Thursday, August 26, 2010

SF Chefs 2010 aka Food & Wine Orgy 2010

Last week I was lucky enough to get away to attend SF Chefs 2010 in San Francisco.  It's a food and wine extravaganza held over several days under a huge tent in Union Square.  The city's top restaurants and chefs offer tastings of their fabulous food, wine flows freely, cocktails are freshly made, and live music fills the air.  Food and wine classes are also offered along with chef demos.  I attended last year's inaugural event (see post 8/12/09) and had so much fun I wanted to go this year to see if the organizers could repeat their initial success.  Well, they did!

Now admittedly SF Chefs is not inexpensive but it's such a treat and you get to sample so much food and wine that going out to eat is completely unnecessary.  It's also structured so that you can pick and choose which events you'd like to attend and keep it within your budget.  Since it falls right around our wedding anniversary my husband and I go all out and consider it a lovely gift to ourselves.

We started our anniversary celebration on Friday morning by attending our first class - Nature's Blueprint:  Pairing Food & Wine with Your Eyes.  Presented by Gilian Handelman, Director of Wine Education at Kendall Jackson Wines, the class explored how to pair foods with wine by color.  One of my favorite pairings was fresh corn with chardonnay ... oh my!  They're both golden in color with soft, round flavors and are just magic together.  It was a really interesting class and I'd like to visit their Wine Center where they maintain both red and white wine sensory gardens devoted to this concept.

The Guest of Honor
Aren't they beautiful?
Later in the evening we headed over to the tent for the SF Chefs Opening Night Celebration:  Hog in the Fog.  There were pork dishes as far as the eye could see, including rilletes, terrines, porchetta and pork belly, but thankfully none of the sliders that were so prevalent last year.  I don't know about you, but it wouldn't break my heart if sliders fell out of favor ... I'm so tired of seeing them everywhere!  Gary Rulli of Ristobar was one of the few chefs offering non-porky dishes, and his chocolate-dipped cape gooseberries were exquisite.  The live band was fantastic and really worked the crowd, even getting some party-goers up on stage with them ...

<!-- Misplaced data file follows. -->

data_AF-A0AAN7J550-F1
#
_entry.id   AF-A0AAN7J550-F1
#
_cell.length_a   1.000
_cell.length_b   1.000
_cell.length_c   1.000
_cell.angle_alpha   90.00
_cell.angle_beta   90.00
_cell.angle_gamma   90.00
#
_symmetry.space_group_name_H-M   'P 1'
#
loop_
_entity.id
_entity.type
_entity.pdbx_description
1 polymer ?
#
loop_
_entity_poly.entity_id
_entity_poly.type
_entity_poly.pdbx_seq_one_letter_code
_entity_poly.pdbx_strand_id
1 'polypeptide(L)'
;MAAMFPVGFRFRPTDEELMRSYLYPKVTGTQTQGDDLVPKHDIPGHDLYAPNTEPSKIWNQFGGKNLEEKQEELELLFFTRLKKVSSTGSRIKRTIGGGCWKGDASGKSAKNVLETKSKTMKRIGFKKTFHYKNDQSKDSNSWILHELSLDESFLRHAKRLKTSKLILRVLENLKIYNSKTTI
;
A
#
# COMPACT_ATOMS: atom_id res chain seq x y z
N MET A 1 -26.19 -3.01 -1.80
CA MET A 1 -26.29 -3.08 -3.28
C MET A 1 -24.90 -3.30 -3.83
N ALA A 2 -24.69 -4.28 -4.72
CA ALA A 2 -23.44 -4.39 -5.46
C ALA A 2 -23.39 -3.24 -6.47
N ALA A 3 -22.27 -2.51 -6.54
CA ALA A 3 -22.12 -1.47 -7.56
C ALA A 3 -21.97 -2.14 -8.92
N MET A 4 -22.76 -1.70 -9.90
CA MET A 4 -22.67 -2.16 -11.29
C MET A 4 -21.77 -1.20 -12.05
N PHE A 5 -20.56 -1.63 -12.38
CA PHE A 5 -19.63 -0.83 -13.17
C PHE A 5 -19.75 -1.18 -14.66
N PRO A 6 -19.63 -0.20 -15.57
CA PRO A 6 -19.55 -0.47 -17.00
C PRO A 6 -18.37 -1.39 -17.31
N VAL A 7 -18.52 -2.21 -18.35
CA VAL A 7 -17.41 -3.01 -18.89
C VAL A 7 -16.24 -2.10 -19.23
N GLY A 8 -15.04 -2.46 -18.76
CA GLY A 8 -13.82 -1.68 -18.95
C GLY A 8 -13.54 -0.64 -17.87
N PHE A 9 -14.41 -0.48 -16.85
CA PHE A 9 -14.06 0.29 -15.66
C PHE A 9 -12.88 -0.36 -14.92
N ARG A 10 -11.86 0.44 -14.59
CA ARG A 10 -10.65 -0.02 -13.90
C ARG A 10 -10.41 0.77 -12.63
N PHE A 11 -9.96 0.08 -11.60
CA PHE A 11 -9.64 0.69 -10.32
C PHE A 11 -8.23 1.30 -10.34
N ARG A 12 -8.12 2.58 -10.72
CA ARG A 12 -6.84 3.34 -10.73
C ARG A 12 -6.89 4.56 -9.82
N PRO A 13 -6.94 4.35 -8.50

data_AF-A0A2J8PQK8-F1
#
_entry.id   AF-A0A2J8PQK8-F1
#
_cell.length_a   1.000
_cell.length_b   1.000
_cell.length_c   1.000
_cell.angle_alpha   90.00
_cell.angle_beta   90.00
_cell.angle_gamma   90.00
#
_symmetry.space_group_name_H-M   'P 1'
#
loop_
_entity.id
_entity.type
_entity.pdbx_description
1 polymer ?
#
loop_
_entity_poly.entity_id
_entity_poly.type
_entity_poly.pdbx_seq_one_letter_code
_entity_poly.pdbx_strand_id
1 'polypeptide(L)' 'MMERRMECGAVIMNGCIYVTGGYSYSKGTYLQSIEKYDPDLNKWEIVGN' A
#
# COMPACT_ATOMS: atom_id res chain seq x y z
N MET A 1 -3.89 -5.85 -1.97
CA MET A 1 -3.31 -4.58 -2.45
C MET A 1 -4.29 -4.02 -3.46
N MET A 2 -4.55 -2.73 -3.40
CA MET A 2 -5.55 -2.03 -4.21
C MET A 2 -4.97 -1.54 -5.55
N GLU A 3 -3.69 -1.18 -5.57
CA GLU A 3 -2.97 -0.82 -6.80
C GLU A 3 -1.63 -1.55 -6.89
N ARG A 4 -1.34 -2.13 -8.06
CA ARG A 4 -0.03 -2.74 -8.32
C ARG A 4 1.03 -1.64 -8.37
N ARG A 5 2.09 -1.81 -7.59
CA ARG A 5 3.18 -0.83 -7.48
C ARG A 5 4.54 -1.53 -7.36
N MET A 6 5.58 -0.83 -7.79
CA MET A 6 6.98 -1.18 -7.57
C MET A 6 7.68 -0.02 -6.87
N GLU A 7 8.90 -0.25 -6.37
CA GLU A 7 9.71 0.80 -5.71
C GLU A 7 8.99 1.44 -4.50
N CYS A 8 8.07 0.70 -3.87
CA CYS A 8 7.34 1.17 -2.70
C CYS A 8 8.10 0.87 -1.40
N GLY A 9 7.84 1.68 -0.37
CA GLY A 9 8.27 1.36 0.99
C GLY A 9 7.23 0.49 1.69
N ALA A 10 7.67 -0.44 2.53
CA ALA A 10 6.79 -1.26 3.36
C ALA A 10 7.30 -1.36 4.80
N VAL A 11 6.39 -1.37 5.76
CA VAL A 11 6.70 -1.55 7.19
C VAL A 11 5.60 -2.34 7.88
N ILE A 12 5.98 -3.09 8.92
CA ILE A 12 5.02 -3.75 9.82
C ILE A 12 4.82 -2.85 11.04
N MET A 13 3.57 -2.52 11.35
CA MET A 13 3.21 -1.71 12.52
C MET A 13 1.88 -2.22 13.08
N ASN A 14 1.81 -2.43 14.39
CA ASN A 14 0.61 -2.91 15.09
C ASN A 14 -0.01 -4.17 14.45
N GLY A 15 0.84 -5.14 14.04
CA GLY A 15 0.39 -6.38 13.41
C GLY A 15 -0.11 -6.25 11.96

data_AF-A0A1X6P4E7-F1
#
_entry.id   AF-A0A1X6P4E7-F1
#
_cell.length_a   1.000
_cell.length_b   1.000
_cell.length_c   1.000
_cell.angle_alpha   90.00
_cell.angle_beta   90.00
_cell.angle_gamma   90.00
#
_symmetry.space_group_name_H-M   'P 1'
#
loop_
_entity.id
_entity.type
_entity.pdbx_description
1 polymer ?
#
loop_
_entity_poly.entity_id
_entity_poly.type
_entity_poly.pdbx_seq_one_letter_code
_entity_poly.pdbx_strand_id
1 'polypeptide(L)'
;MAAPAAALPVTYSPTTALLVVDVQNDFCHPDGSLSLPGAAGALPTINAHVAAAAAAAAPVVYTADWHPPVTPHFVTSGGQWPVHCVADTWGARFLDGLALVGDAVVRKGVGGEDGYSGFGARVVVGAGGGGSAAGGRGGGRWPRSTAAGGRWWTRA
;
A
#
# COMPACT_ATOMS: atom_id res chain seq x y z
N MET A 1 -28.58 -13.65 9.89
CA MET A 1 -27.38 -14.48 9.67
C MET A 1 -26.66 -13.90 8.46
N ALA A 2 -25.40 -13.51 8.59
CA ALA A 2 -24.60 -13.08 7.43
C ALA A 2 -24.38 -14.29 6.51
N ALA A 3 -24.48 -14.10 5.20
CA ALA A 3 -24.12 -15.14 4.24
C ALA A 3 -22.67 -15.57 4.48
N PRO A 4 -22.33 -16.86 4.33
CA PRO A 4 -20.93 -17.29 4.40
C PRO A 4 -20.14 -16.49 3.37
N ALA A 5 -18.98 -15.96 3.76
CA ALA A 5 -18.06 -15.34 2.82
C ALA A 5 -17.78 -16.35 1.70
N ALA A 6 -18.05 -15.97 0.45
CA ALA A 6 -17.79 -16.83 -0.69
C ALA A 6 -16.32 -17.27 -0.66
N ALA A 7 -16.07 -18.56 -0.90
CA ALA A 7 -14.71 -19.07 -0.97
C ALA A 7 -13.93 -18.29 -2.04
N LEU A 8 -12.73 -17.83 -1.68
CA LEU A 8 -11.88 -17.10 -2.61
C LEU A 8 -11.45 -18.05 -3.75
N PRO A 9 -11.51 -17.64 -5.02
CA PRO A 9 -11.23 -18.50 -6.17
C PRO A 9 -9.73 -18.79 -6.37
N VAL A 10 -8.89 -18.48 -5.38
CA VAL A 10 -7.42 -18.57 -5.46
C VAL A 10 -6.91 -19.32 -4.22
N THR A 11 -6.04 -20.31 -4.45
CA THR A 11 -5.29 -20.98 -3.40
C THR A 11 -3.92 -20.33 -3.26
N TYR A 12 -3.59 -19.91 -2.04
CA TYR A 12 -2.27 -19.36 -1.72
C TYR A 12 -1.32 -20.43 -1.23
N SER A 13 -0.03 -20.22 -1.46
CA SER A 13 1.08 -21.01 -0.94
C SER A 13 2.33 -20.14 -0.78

Can you dig it?

A chaser of aspirin & I was good as new!
The next morning we attended our second class, The Evolution and Revolution of Gin, presented by Simon Ford, International Ambassador for Plymouth Gin.  Now I love Plymouth in my Long Island Iced Teas, but sampling six gins and three gin cocktails at 10 AM is not something I've ever done before.  I paid the price with a headache, but it was fun!

Grilled Sourdough Ice Cream
We spent the afternoon at the tent getting food in us to absorb the alcohol, then followed that with dessert at the Sugar Party at the Westin St. Francis hotel.  It was an ice cream social put on by some of the best pastry chefs in the city, including Emily Luchetti (Farrallon) and Elizabeth Falkner (Citizen Cake).  Elizabeth did a Grilled Sourdough Ice Cream with Concord Grape Syrup and Salted Brazil Nuts and Spanish Peanuts that was amazing!  It really tasted like sourdough bread and it was my favorite dessert at the party.  We ended up back at the tent for the Fork It Over Foodraiser, where the evening's highlight was the show put on by the very entertaining and talented ladies from Harry Denton's Starlight Room.  I have got to go there the next time I'm in the city.  What a blast!